The result of her labor won the Newbery Medal, has been continuously in print for 60 years, and was so riveting that I couldn’t put it down the first time I read it (and I always listened in when I heard my mom read it separately to my two younger brothers). Her passion leaps off the page as she gives us the inspiring example of Nat who loved learning but had to teach himself when he was indentured. In fact, my brother is reading Newton’s Principia because that is how Mr. Bowditch taught himself Latin!



When we think of books that are narrative we think “books told like a story.” This is indeed the case of many excellent living books, both fiction as well as non-fiction. We often find the subject of a biography is written like the main character in their own story. However, for a book to be narrative it doesn't always take this form. The use of wonderful language and imagery can evoke such vivid pictures in our mind’s eye that we see what is being described and understand it better than if all the facts were just listed. Charlotte Mason said living books put the flesh on the dry bones of facts, and the narrative quality of a book does just that.

One sure test to determine if a book is living is if the text can be NARRATED. When narrative quality is present we are able to comprehend, organize the material we just took in, and relate previous knowledge and experience to it, and then are able to tell others about what we read or heard. If a book can’t be narrated well, it’s not living. (One caveat here—sometimes it takes a bit of time for us to be able to narrate a book as we have to chew on it, digest it, ponder and consider it before we can describe our thoughts to someone else; that’s not what I mean when I say a book truly can’t be narrated) Narrative books make us feel like we have had the actual experience being described even though we never have had that experience “in real life.”


Finally, living books are generational because they are enjoyed over and over throughout life and from one generation to the next. Most classics got to be called such because they have been enjoyed by people over and over throughout history. They speak to us because they contain a bit of the truth of the human condition, and so different details like dress and technology don’t stand in the way. The essential truth conveyed in the ideas remains ever relevant to us.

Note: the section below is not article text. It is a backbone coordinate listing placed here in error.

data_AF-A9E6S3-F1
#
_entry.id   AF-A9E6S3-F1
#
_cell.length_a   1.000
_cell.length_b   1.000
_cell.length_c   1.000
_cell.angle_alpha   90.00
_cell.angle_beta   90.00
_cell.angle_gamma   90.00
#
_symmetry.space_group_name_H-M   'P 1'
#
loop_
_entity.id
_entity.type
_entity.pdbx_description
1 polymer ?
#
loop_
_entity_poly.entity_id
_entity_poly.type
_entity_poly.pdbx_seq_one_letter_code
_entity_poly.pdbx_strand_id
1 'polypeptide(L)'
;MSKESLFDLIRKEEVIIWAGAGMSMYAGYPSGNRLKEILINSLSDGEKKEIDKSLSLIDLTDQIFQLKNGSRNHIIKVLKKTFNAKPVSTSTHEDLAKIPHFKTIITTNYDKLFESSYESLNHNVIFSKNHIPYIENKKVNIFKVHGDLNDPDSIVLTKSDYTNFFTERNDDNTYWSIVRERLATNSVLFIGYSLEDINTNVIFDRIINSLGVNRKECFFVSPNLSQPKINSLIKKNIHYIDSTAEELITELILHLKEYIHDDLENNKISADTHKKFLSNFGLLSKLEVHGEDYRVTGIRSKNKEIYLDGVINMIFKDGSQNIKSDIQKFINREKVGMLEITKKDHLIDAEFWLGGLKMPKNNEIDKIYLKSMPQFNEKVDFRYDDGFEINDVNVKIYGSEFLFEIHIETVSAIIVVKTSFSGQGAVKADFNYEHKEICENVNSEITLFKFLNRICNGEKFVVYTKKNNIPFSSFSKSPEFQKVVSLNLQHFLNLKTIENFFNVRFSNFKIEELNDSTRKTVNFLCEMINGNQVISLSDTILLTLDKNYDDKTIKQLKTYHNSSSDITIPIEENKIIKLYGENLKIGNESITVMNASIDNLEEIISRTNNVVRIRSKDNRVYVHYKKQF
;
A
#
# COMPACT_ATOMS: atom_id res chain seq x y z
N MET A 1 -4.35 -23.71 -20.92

CS Lewis wrote several great essays about this concept in his book Of Other Worlds. He said, “No book is really worth reading at the age of 10 which is not equally (and often far more) worth reading at the age of 50—except of course books of information. The only imaginative works we ought to grow out of are those which it would have been better not to have read at all.”




All of these six tests of a living book can be distilled into the one overarching principle: Living Books capture our imaginations. We are changed and moved by these books so that after reading one, we are never exactly the same again. These are the criteria we use in our collection, and why the books in our science section are still wonderful though they may be stamped "obsolete" or "out-of-date." Your students will think the same.

Happy reading,

Emily


1 comment:

  1. I've read this post before, or heard you talk about it on your podcast, and it's always a good reminder. Thank you for your passion and for the work you do to promote good books. It inspires me to keep on course!